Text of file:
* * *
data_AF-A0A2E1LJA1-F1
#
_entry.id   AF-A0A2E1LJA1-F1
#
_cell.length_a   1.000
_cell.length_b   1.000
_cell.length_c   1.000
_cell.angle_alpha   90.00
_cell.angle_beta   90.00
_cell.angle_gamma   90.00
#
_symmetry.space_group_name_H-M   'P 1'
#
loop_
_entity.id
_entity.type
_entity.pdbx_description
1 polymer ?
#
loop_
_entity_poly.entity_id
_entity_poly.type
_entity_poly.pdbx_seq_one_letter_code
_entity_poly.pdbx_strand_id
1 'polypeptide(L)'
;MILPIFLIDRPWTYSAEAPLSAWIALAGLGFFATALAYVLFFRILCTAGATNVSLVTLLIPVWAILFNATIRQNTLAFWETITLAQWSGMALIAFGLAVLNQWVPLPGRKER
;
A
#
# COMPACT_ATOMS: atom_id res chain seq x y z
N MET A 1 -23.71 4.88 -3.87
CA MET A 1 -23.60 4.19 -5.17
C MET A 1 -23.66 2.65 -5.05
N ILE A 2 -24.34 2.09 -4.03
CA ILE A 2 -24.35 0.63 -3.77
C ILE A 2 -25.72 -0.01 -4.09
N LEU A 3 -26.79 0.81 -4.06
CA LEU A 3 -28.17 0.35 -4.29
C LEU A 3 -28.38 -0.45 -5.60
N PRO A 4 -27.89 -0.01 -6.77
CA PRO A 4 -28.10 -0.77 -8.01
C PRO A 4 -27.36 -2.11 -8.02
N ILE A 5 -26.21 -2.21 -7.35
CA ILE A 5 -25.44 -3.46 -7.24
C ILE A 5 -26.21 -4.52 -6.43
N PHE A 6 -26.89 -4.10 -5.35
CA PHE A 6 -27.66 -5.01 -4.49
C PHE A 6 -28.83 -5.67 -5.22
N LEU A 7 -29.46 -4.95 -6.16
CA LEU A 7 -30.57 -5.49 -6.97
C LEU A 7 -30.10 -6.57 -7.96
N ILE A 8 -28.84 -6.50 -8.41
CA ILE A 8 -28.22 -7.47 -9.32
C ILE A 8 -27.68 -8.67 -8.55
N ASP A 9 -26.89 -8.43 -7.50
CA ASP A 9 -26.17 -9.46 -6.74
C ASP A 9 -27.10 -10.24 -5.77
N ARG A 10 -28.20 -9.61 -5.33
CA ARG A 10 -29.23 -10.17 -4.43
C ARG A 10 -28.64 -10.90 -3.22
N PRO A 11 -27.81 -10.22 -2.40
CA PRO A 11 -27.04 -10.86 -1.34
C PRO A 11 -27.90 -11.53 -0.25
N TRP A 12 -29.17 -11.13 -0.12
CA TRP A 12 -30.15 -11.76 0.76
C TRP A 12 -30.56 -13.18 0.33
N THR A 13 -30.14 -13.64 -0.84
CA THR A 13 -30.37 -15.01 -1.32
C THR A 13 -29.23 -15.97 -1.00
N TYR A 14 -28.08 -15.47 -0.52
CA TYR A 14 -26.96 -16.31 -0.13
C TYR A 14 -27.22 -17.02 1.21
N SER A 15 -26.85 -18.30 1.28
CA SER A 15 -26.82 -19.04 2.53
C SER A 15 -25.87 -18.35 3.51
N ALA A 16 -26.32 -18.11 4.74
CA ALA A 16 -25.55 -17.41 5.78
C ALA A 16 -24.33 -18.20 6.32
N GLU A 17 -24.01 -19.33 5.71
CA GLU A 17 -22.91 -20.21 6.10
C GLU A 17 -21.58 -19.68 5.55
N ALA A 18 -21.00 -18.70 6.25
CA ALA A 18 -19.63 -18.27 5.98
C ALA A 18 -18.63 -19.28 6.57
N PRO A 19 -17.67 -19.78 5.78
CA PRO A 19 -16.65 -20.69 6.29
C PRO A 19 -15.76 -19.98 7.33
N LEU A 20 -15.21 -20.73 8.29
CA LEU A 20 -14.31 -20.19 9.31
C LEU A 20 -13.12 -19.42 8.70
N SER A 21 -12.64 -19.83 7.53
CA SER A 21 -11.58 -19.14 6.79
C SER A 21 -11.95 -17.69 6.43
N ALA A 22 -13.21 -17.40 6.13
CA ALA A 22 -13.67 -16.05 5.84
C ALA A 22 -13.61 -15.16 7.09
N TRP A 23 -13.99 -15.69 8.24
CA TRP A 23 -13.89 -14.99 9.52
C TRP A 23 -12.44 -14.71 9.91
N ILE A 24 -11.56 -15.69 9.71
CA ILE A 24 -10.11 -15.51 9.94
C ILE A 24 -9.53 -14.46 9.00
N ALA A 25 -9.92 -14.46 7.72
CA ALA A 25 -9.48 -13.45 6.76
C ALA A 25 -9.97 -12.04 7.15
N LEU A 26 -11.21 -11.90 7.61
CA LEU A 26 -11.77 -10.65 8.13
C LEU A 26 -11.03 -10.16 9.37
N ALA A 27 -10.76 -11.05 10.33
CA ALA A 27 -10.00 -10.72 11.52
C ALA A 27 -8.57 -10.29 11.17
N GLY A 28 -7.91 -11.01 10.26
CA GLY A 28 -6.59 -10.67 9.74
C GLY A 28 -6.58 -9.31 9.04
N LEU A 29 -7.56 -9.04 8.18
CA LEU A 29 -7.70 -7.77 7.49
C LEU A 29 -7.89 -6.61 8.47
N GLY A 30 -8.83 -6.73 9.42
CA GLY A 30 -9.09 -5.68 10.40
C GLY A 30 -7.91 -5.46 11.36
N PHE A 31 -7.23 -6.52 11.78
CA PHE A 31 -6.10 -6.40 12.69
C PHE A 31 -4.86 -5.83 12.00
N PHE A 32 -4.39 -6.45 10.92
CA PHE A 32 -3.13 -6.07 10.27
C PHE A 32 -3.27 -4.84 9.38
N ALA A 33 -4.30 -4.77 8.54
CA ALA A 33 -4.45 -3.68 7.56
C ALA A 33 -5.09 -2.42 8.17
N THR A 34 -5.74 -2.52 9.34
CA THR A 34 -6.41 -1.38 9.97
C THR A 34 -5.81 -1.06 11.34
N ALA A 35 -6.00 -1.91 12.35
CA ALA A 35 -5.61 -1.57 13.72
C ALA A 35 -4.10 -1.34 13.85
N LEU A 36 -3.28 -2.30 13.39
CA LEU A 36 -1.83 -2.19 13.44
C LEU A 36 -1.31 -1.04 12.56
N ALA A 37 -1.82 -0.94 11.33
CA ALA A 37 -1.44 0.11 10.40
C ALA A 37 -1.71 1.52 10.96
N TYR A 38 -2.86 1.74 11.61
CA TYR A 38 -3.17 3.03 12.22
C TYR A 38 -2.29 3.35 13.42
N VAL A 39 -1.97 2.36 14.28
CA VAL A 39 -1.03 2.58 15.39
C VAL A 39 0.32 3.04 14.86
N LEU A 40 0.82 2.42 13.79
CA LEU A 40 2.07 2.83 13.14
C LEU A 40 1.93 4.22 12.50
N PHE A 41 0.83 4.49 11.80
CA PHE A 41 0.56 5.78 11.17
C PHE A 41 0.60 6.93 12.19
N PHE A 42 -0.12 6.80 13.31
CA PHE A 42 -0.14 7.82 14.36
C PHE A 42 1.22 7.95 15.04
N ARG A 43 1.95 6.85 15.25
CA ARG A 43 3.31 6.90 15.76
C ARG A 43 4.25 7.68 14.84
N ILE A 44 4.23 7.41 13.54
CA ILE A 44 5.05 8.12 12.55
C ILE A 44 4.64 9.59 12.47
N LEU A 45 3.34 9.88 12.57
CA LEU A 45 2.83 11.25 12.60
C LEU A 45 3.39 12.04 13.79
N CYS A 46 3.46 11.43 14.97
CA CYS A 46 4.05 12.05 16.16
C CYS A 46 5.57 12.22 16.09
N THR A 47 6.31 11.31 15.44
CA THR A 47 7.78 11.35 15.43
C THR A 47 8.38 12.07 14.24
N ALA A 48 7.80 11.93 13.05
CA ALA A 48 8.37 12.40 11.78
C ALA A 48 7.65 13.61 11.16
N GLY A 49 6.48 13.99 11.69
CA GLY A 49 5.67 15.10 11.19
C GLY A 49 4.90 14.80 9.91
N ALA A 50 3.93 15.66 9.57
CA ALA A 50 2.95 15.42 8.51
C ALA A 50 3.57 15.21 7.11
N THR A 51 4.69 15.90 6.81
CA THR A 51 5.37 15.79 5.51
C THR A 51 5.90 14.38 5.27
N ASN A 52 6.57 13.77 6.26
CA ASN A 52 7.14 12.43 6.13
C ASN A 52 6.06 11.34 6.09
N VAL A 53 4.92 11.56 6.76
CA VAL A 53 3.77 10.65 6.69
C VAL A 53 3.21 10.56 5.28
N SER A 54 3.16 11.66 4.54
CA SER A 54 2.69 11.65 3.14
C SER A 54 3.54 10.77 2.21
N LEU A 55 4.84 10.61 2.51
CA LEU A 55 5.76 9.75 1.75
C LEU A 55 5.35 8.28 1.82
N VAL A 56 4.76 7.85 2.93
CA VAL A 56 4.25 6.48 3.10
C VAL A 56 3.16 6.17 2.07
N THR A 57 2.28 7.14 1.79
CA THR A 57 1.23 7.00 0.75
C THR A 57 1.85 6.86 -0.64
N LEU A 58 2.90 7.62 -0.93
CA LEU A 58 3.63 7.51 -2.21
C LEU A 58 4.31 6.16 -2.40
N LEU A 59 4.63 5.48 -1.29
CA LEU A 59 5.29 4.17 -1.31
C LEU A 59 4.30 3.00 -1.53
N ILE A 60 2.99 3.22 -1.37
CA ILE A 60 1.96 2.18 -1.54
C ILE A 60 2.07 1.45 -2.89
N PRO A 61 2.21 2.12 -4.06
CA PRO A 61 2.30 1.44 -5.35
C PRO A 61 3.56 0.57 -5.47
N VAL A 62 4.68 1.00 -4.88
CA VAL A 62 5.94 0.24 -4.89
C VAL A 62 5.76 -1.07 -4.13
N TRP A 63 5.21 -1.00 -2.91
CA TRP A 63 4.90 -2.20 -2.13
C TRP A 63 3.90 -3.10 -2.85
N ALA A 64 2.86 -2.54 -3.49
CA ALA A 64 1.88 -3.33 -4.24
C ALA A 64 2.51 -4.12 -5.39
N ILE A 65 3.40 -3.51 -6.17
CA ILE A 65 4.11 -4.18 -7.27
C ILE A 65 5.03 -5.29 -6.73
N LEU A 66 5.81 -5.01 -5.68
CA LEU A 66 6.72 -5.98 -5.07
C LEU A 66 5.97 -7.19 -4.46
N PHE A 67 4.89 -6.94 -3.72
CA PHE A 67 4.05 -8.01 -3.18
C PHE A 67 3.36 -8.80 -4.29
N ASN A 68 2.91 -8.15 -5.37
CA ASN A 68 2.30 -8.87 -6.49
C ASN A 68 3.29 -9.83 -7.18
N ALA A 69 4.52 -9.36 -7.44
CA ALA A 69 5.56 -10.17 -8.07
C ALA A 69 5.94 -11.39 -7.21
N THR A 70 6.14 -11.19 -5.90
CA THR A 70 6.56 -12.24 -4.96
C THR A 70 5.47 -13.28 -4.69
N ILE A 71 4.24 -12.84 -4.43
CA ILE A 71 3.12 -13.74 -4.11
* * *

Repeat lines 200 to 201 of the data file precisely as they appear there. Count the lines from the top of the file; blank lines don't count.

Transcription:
CA THR A 57 1.23 7.00 0.75
C THR A 57 1.85 6.86 -0.64